The Mighty Win2K Microsoft Management Console, Part 1

Customize administrative tools with MMC snap-ins

The Windows 2000 Microsoft Management Console (MMC) provides a framework for administering and managing system configurations. The beauty of MMC is that it replaces the many interfaces you need to manage Windows NT and simplifies system management. Microsoft has widely documented MMC's architecture, so you can expect software companies to begin including MMC snap-ins for installation and configuration processes.

MMC Basics
MMC provides a GUI for snap-ins—administrative components that define and perform management tasks. MMC in itself contains no management capabilities; its power is that it lets you add and coordinate snap-ins easily and seamlessly. MMC offers a multiple-document interface (MDI) that can even leverage Internet technologies and ActiveX controls.

MMC runs on any Win32 platform (e.g., Win2K, NT 4.0, Windows 9x). Win2K includes standard snap-ins in the Start menu's Administrative Tools menu. Many other Microsoft products, including the Microsoft Windows 2000 Resource Kit, Microsoft SQL Server, and Microsoft Exchange 2000 Server, offer additional snap-ins.

You can assemble multiple snap-ins to create a customized, robust console for administering computers across your enterprise. Save the consoles you create as Management Saved Console (.msc) files, and use any convenient method to distribute them throughout your system (e.g., make the files available as desktop shortcuts or Start menu items, email the files, post the files to a Web page).

MMC Interface
The MMC user interface (UI) is flexible. For example, you can load several snap-ins at one time in one console window or across multiple windows. You can limit the console to one window for less-experienced users who might find multiple-window consoles hard to work with.

The MMC window displays a toolbar and a menu bar, which includes Console, Window, and Help menus. Use the Console menu to create new consoles from snap-ins, open and save console files, add snap-ins to and remove them from the current console, and set security and authoring options. The Console menu also lists the four most recently used consoles. The Window menu lists commands that control the behavior of the console windows (e.g., Cascade, Tile, Arrange Icons), and the Help menu opens local and Web-based Help files. The toolbar includes New, Open, Save, and New Window icons.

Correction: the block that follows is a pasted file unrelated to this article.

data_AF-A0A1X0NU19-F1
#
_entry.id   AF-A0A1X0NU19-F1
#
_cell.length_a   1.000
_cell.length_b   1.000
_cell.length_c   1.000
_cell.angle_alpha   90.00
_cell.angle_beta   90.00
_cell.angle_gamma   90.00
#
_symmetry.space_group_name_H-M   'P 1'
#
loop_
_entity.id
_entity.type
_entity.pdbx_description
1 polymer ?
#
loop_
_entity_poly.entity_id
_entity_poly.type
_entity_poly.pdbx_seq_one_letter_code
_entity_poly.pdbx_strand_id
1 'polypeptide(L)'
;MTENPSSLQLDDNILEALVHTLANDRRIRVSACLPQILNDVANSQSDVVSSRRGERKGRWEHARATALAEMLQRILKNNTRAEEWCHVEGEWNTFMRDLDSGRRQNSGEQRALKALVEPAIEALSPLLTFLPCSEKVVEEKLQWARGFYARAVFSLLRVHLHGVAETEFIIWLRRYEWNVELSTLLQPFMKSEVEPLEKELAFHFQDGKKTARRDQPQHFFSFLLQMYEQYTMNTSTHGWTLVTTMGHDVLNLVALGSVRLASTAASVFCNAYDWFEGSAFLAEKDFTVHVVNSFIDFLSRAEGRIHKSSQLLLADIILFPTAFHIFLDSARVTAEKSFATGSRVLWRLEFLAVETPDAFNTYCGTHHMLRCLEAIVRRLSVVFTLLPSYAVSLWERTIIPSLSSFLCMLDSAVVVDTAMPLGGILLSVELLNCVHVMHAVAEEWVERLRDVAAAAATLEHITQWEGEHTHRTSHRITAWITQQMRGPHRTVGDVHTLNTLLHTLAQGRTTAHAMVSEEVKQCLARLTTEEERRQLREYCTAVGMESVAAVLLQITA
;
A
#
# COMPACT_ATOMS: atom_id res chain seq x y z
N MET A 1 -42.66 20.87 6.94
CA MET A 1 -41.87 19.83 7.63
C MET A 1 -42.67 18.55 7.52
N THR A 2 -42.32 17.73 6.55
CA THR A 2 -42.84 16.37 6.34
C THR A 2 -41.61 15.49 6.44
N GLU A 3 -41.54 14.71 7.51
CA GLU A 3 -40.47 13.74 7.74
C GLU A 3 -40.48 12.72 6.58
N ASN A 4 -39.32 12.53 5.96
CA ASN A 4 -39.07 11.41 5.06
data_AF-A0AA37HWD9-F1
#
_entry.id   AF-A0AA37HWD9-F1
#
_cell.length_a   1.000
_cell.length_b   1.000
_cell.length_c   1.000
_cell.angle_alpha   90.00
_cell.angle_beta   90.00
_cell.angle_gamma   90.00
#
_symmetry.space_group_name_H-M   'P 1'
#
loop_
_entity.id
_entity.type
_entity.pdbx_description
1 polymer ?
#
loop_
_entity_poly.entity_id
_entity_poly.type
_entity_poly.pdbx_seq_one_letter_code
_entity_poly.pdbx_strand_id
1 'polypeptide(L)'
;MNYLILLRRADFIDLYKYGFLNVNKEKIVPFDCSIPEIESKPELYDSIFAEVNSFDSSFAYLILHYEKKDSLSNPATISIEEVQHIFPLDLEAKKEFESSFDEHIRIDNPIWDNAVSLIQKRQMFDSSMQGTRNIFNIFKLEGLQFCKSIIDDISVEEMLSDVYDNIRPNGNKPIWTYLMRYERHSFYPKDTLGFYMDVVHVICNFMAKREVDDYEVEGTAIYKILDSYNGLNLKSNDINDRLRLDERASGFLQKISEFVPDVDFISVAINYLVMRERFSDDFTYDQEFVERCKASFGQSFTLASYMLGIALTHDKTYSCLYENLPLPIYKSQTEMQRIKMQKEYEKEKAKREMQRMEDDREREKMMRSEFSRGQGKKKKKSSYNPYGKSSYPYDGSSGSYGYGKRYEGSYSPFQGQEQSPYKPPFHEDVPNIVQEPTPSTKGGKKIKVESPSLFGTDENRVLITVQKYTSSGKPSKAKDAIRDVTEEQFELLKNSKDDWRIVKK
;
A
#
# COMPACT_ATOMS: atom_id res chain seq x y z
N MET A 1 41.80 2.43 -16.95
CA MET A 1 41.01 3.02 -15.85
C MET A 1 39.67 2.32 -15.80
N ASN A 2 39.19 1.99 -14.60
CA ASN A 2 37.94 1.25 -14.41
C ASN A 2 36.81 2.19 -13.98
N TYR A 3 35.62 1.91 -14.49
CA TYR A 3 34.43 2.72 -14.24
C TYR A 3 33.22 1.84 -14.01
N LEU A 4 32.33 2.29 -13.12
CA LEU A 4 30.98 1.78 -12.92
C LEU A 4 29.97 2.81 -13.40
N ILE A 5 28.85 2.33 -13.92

Figure 1, page 170, shows the MMC window for the DNS snap-in, which manages the domain's DNS server. The console window typically fills the MMC window, but Figure 1 reduces the console window to show both windows.

The console window has a menu bar and toolbar; the contents of the menu items and the icons on the toolbar vary according to the snap-ins that make up the console. The Action menu contains the available commands for the loaded console, and the console's snap-ins customize this menu to add or remove command items as needed. The View menu provides options for displaying a snap-in's objects. The View menu also includes the Customize command, which opens a Customize View dialog box in which you can select options for both windows, as Figure 2, page 170, shows. However, be careful about clearing the Standard menus (Action and View) check box in this dialog box, because if you hide this item, you can't return to the Customize View dialog box to make changes. When you work in the console window, use the Alt+Enter keyboard shortcut to display the Properties dialog of the items you select and press F5 to refresh the window.

A console can host multiple snap-ins, which are automatically placed in named containers (each snap-in creates and names its container). The console window's left pane is the Tree pane, which displays the containers in a hierarchical collection that resembles the Windows Explorer interface. The folders that appear in the Tree pane are nodes that each snap-in provides, and you expand and collapse the nodes as needed. The console window's right pane is the contents pane and varies according to which node is selected in the Tree pane. Figure 3 shows a console that hosts both the Routing and Remote Access and Telephony snap-ins.